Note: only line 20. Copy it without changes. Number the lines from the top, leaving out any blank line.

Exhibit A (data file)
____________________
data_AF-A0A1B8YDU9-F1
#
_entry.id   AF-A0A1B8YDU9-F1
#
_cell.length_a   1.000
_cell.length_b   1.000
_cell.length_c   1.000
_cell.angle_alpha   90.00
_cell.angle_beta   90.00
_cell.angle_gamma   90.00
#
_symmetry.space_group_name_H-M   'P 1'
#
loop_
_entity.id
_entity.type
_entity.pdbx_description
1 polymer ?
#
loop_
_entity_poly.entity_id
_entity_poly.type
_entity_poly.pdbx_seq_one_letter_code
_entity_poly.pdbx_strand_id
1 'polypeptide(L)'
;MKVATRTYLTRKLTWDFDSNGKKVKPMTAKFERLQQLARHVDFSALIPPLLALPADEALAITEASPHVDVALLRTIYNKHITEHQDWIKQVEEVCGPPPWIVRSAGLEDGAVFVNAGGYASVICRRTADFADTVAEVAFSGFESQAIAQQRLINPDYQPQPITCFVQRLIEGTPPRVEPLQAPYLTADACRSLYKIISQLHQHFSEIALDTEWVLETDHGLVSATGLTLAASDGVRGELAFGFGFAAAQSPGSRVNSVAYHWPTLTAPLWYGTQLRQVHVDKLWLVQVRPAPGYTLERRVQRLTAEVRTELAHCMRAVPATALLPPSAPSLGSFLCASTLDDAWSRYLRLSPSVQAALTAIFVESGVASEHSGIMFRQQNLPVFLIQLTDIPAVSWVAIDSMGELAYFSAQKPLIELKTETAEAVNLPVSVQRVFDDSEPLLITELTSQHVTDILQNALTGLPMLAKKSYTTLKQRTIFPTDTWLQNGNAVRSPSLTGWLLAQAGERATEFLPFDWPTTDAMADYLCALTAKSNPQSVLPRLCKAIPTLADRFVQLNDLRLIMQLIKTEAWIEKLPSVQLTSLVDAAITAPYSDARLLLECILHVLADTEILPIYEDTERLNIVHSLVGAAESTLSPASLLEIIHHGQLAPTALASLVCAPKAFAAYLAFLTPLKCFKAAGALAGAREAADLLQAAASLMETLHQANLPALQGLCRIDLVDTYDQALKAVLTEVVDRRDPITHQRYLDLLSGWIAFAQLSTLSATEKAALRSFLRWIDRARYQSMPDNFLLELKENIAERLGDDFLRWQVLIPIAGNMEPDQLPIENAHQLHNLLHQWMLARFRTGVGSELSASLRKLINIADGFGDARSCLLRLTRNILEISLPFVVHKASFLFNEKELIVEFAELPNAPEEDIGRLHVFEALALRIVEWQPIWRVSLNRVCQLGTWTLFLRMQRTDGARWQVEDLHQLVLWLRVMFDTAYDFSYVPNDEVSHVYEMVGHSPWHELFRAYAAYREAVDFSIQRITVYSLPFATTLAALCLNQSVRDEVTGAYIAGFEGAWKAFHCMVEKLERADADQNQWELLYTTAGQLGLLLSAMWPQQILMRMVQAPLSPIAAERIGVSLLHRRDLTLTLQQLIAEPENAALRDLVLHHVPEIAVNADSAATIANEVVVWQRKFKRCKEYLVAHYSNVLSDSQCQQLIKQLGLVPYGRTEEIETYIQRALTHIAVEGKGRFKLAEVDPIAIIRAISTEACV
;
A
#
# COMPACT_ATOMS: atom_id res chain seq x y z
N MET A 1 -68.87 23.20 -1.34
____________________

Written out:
loop_